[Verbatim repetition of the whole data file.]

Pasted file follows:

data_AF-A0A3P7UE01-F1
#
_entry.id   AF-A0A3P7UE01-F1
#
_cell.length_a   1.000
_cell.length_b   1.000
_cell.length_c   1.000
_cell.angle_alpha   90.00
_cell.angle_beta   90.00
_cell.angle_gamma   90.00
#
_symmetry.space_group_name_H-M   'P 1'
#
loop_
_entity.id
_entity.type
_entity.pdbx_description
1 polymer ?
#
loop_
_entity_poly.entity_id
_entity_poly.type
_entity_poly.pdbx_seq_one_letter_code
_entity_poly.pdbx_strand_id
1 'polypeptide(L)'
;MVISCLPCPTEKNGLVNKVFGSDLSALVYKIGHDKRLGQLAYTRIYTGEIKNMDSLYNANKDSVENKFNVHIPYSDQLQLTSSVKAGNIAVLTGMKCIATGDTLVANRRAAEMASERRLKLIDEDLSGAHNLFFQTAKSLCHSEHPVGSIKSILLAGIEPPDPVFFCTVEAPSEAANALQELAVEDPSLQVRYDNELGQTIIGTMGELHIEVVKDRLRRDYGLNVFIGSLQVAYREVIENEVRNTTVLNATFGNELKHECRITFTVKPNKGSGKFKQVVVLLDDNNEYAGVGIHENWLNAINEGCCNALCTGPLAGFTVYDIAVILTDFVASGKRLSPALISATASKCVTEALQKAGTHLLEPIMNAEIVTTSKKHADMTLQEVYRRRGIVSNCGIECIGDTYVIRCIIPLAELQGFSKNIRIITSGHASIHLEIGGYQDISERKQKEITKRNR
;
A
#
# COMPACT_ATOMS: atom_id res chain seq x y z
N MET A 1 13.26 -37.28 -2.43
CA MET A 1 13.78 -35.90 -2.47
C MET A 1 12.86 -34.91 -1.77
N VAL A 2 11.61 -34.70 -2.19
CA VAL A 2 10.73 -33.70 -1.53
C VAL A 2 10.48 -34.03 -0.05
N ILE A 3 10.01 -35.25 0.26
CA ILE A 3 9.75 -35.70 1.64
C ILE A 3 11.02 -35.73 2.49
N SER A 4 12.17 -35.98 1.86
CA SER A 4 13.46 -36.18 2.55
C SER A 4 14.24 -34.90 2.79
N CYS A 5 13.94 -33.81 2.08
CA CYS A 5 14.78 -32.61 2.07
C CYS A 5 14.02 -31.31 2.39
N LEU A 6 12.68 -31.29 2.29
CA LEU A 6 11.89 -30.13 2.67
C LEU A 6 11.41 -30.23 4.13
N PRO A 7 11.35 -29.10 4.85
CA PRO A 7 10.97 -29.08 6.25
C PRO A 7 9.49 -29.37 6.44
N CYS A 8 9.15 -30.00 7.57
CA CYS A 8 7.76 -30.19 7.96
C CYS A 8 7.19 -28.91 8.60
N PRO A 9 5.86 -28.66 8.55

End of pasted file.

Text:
data_AF-A0A3P7UE01-F1
#
_entry.id   AF-A0A3P7UE01-F1
#
_cell.length_a   1.000
_cell.length_b   1.000
_cell.length_c   1.000
_cell.angle_alpha   90.00
_cell.angle_beta   90.00
_cell.angle_gamma   90.00
#
_symmetry.space_group_name_H-M   'P 1'
#
loop_
_entity.id
_entity.type
_entity.pdbx_description
1 polymer ?
#
loop_
_entity_poly.entity_id
_entity_poly.type
_entity_poly.pdbx_seq_one_letter_code
_entity_poly.pdbx_strand_id
1 'polypeptide(L)'
;MVISCLPCPTEKNGLVNKVFGSDLSALVYKIGHDKRLGQLAYTRIYTGEIKNMDSLYNANKDSVENKFNVHIPYSDQLQLTSSVKAGNIAVLTGMKCIATGDTLVANRRAAEMASERRLKLIDEDLSGAHNLFFQTAKSLCHSEHPVGSIKSILLAGIEPPDPVFFCTVEAPSEAANALQELAVEDPSLQVRYDNELGQTIIGTMGELHIEVVKDRLRRDYGLNVFIGSLQVAYREVIENEVRNTTVLNATFGNELKHECRITFTVKPNKGSGKFKQVVVLLDDNNEYAGVGIHENWLNAINEGCCNALCTGPLAGFTVYDIAVILTDFVASGKRLSPALISATASKCVTEALQKAGTHLLEPIMNAEIVTTSKKHADMTLQEVYRRRGIVSNCGIECIGDTYVIRCIIPLAELQGFSKNIRIITSGHASIHLEIGGYQDISERKQKEITKRNR
;
A
#
# COMPACT_ATOMS: atom_id res chain seq x y z
N MET A 1 13.26 -37.28 -2.43
CA MET A 1 13.78 -35.90 -2.47
C MET A 1 12.86 -34.91 -1.77
N VAL A 2 11.61 -34.70 -2.19
CA VAL A 2 10.73 -33.70 -1.53
C VAL A 2 10.48 -34.03 -0.05
N ILE A 3 10.01 -35.25 0.26
CA ILE A 3 9.75 -35.70 1.64
C ILE A 3 11.02 -35.73 2.49
N SER A 4 12.17 -35.98 1.86
CA SER A 4 13.46 -36.18 2.55
C SER A 4 14.24 -34.90 2.79
N CYS A 5 13.94 -33.81 2.08
CA CYS A 5 14.78 -32.61 2.07
C CYS A 5 14.02 -31.31 2.39
N LEU A 6 12.68 -31.29 2.29
CA LEU A 6 11.89 -30.13 2.67
C LEU A 6 11.41 -30.23 4.13
N PRO A 7 11.35 -29.10 4.85
CA PRO A 7 10.97 -29.08 6.25
C PRO A 7 9.49 -29.37 6.44
N CYS A 8 9.15 -30.00 7.57
CA CYS A 8 7.76 -30.19 7.96
C CYS A 8 7.19 -28.91 8.60
N PRO A 9 5.86 -28.66 8.55